Nidai Doshu Kisshomaru Ueshiba demonstrates in his 1957 book "Aikido", on pg. 139 "ude hishigi". The technique involves rotating the attackers extended arm so that the elbow is facing up and the arm straight out. Nage then traps the elbow with his/her armpit and lowers down, excerting pressure on the elbow. This is called arm smashing in the description but is what is now known as Rokkyo, especially in the Iwama style.
Saito sensei, in the 1999 book "Trakemusu Aikido vol. 5: Budo" on pg. 140 demonstrates this technique againsts a straight thrust from a bayonet rifle. He calls the technique Juken tsuki rokkyo.
I've seen Pat Hendricks sensei, demonstrate this technique from an unarmed tsuki as rokkyo at a seminar in Ft. Lauderdale. She also demonstrated a technique from tsuki known as "nanakyo", the other pronunciation for seven, indicating the seventh teaching. Nanakyo is demonstrated, but not named, against yokomenuchi in Saito sensei's 1974 book Traditional Aikido vol. 4: Vital Techniques, on page 108. This involves the same entry as shihonage, but nage does not bring the arm up over his head while rotating. Instead, with the Shiho type arm twisted inward, nage leads uke in an ura(tenkan) movement and lowers uke down to the ground. The katame/osae waza is b bracing the elbow and drawing nage's wrist rearward. I found it quite effective.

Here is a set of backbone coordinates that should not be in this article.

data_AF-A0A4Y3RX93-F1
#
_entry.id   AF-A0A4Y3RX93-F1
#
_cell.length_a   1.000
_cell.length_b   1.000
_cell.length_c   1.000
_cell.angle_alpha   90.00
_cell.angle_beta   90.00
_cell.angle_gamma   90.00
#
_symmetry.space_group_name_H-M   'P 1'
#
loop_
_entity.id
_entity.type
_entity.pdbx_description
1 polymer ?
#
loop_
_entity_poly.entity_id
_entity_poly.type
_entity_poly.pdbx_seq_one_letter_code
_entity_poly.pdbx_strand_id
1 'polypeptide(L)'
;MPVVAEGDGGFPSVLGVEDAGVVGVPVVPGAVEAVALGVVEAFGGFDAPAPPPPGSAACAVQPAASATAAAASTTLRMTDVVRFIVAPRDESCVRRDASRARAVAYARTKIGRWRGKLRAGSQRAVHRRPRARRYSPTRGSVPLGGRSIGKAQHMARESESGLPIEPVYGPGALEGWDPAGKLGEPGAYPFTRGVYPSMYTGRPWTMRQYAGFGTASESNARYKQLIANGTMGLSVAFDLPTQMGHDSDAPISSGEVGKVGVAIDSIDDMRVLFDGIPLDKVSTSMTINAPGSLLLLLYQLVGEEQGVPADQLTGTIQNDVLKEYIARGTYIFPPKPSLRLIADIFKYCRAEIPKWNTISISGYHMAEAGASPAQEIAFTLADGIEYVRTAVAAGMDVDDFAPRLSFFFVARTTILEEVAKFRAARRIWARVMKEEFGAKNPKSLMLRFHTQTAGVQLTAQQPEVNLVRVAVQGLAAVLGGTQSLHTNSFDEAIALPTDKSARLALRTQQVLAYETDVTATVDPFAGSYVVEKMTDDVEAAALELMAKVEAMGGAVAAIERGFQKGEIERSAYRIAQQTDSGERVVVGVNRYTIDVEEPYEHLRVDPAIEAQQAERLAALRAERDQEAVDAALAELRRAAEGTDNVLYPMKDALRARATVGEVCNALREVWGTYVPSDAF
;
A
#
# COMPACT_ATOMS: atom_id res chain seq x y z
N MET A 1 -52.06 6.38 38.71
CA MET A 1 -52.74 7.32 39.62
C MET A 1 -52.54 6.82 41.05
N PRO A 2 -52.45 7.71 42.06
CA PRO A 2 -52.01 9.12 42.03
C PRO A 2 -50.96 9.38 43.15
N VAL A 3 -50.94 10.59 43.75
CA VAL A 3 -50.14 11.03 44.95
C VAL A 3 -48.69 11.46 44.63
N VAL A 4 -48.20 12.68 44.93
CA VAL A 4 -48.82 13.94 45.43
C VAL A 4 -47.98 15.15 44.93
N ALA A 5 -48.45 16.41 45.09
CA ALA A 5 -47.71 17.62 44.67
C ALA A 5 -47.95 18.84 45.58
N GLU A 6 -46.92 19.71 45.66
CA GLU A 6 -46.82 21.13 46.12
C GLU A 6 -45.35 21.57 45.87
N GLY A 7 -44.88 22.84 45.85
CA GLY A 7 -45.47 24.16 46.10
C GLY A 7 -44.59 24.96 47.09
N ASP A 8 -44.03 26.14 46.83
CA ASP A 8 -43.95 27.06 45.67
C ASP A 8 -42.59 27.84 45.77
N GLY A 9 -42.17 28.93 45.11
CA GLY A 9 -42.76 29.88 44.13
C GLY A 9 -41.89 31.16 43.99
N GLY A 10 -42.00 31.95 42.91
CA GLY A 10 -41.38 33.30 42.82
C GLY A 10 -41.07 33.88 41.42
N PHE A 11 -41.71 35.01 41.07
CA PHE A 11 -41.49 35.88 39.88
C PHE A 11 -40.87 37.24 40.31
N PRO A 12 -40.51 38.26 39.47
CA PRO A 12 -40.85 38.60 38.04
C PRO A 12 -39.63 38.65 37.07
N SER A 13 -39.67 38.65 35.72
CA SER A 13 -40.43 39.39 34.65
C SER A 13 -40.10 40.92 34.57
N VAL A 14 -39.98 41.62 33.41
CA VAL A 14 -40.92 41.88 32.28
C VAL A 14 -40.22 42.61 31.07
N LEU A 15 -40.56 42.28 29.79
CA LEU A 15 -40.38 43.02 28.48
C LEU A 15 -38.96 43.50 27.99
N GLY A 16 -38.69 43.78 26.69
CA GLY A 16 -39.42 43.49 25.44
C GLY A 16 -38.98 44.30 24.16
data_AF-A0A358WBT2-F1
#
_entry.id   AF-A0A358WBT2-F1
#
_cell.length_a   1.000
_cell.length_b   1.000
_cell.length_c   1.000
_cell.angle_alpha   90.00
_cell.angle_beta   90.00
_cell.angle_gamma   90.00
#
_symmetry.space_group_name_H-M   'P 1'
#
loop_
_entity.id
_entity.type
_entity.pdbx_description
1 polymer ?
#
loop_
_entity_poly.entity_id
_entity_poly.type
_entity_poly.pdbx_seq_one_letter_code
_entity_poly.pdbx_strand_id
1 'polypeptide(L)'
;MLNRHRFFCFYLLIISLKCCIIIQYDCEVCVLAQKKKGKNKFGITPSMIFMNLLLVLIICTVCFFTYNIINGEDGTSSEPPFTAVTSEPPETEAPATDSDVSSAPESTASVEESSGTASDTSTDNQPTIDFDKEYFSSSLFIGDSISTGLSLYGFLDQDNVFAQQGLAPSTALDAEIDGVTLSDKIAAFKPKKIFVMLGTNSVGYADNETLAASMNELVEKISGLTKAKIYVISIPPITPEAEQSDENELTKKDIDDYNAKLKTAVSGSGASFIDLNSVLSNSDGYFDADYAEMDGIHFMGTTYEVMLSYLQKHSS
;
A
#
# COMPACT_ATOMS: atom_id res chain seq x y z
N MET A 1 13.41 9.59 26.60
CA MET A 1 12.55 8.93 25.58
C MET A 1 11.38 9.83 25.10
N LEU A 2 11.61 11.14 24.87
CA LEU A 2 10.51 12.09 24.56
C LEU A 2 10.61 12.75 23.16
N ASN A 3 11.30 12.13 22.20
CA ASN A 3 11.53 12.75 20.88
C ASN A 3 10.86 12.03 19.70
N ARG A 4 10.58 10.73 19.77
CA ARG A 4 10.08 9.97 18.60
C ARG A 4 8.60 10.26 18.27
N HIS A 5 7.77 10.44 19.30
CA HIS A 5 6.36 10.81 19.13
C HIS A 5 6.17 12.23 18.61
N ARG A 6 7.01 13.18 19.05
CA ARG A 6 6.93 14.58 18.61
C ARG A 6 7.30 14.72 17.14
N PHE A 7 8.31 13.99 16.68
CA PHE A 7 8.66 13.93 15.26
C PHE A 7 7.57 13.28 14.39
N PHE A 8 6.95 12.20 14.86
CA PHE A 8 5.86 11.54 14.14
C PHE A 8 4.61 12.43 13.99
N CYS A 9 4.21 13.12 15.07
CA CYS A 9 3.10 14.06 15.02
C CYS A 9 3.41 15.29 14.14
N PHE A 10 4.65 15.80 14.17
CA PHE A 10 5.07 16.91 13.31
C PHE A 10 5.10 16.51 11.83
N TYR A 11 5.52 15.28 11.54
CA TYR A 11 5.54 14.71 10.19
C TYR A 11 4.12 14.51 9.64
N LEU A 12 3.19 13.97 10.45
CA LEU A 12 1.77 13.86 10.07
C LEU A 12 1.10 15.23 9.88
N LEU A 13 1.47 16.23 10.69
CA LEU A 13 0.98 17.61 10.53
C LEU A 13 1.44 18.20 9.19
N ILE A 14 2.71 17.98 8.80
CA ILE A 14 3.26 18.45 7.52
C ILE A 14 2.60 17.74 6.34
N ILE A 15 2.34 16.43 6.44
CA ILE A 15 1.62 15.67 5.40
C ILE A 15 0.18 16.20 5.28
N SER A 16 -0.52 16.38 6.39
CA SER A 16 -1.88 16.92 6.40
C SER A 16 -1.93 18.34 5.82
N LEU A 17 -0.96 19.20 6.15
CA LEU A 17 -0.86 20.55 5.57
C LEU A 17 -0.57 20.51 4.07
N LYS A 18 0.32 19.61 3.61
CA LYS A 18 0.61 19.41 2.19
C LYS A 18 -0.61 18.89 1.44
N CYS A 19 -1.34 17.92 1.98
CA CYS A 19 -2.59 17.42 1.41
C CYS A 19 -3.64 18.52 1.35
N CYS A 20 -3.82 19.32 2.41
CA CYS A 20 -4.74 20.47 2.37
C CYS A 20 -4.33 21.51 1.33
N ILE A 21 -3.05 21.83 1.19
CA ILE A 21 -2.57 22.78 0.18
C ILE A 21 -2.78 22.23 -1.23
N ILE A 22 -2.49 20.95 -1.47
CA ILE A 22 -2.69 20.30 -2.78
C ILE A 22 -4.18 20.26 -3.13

It's my understanding that these techniques were always used but left unnamed until recently when Saito sensei catalogued them as Osae waza. I haven't heard about hatikyo or kyukyo, though. There's enough to memorize as is!